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Environmental time-bomb kills thousands! December 28, 2006

Posted by Andreas in Cape Town, Environment, South Africa.
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This morning’s edition of the Cape Times led with a very disturbing story about a major fish die-off in Rietvlei, one of only two remaining functioning estuaries in Cape Town.

Well done to them and their environmental writer Melanie Gosling – news about how our culture destroys its natural habitat is seldom considered worthy of an above the fold front-page story with big pic in the corporate media, even if it is big news.

Rietvlei

This picture of Rietvlei by Kirsten Frost was taken from the Friends of Rietvlei website.

Unfortunately, unless you’re a subscriber, you won’t be able to read the story on-line (boo for that, Cape Times!), so here are a couple of excerpts from the article:

More than 20 tons of fish have turned belly-up in Table View’s Rietvlei Wetland Reserve where the ecosystem has become so polluted from the surrounding urban area that it has reached crisis point.

City conservation officials say they expect the quantity of dead fish to reach 40 tons over the next few days, as they battle to collect the thousands of fish carcasses lying thick along the shore of the internationally important feeding ground for migratory birds.

“Rietvlei’s whole fish population is toast,” said Dalton Gibbs, head of nature conservation with the City of Cape Town.

The enormous die-off will have a significant impact on fish stocks in the ocean, as Rietvlei provides a nursery for thousands of ocean fish. It will also have an impact on seabirds, which are already severely stressed by the disappearance of sardine stocks from the West Coast.

“Rietvlei has been absorbing organic pollutants from the urban area for over 30 years. Everything from garden fertilisers to dog turds, from litter to the soap suds from washing your car, flows down the stormwater drains and into the vlei.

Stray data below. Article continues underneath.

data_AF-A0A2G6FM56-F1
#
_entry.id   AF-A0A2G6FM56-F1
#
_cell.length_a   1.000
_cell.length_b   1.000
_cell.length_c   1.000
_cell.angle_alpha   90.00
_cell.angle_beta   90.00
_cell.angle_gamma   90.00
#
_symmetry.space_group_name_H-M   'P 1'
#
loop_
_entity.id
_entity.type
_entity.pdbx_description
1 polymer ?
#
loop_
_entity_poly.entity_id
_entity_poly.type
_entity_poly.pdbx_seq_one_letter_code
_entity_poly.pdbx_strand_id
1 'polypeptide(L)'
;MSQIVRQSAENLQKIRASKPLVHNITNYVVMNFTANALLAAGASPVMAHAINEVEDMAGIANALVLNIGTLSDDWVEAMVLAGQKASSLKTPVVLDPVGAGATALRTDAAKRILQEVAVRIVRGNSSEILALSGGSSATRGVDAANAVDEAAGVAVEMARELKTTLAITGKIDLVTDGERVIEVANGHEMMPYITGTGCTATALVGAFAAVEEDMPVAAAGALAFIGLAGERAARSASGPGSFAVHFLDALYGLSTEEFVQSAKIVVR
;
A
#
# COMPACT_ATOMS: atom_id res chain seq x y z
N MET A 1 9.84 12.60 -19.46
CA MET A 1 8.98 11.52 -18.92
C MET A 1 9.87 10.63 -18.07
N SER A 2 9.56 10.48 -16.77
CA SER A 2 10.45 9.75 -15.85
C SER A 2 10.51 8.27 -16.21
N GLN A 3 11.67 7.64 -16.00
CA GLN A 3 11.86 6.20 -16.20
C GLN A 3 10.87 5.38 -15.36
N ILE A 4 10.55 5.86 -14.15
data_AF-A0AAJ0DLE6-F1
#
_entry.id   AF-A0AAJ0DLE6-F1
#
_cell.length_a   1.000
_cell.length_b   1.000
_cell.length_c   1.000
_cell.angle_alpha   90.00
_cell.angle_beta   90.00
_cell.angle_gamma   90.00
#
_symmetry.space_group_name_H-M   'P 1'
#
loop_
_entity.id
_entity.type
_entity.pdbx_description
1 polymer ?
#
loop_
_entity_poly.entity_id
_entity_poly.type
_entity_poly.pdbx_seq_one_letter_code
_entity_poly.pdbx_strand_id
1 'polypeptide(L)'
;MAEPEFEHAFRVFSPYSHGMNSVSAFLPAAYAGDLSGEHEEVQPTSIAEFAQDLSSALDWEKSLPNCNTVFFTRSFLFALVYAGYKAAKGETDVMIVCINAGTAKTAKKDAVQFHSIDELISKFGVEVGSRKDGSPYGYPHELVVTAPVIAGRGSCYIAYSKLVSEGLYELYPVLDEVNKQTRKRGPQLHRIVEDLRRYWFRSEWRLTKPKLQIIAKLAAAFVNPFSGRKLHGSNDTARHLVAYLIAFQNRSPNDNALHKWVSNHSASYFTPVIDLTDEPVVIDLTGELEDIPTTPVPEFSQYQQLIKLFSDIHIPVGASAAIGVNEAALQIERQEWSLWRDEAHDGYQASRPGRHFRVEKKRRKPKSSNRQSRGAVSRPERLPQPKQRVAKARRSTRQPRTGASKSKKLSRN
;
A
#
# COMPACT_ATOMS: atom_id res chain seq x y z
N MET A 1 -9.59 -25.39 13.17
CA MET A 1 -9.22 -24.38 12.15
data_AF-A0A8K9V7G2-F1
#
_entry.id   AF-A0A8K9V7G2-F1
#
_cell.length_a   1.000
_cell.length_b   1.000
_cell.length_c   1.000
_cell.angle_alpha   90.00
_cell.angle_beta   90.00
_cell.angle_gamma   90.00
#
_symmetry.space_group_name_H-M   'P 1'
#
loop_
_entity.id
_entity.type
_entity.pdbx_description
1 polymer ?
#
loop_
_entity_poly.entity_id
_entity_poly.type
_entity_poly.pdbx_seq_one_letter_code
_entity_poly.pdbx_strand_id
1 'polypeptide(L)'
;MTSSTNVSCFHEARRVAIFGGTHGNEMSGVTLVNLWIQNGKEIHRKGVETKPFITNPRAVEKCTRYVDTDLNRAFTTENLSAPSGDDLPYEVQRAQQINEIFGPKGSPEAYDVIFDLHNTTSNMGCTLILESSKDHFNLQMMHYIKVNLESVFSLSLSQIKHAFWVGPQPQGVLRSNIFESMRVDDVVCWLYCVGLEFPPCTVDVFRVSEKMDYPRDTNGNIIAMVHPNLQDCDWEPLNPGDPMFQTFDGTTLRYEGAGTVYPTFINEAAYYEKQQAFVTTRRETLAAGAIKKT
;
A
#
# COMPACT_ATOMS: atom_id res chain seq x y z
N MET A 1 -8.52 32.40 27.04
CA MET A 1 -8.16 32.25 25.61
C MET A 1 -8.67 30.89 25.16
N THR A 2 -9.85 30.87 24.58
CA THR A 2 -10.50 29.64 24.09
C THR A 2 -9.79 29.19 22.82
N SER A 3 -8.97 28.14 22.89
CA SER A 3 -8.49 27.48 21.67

For Decades the vlei has been filtering this high load of organic pollutants by trapping it in the sediments of the reed beds. But it reaches a point where it can absorb no more. The next step is blue-green algae blooms…” Gibbs said.

Gibbs said the calm weather and warm temperatures had resulted in “high bacterial action” in breaking down the organic pollutants. The bacteria used up oxygen from the surrounding water during this process, and the fish died from lack of oxygen.

 

Although this story is, of course, plenty sobering and tragic in its own right, it is really just a small scale analogy of what industrial civilisation is doing to the planet as a whole. We keep on dumping our shit (literally!) into the rivers, lakes, air, soil and oceans. Being immense but not infinite, these natural reservoirs will at some stage reach their capacity for absorbing our refuse and then the whole system will come crushing down all around us.

We’ve turned the earth into a massive environmental time-bomb, primed and ticking. It may not explode in our own lifetime or in that of our children, but explode it will and we will all bear part of the responsibility for the resulting ecocide.

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Comments»

1. The forest for the trees « The Antidote - March 15, 2007

[…] long will it take for the Knysna lagoon (estuary, actually) to collapse as an ecosystem? If our experience with Rietvlei in Cape Town is anything to go by, I fear it won’t take very long. But we won’t learn […]


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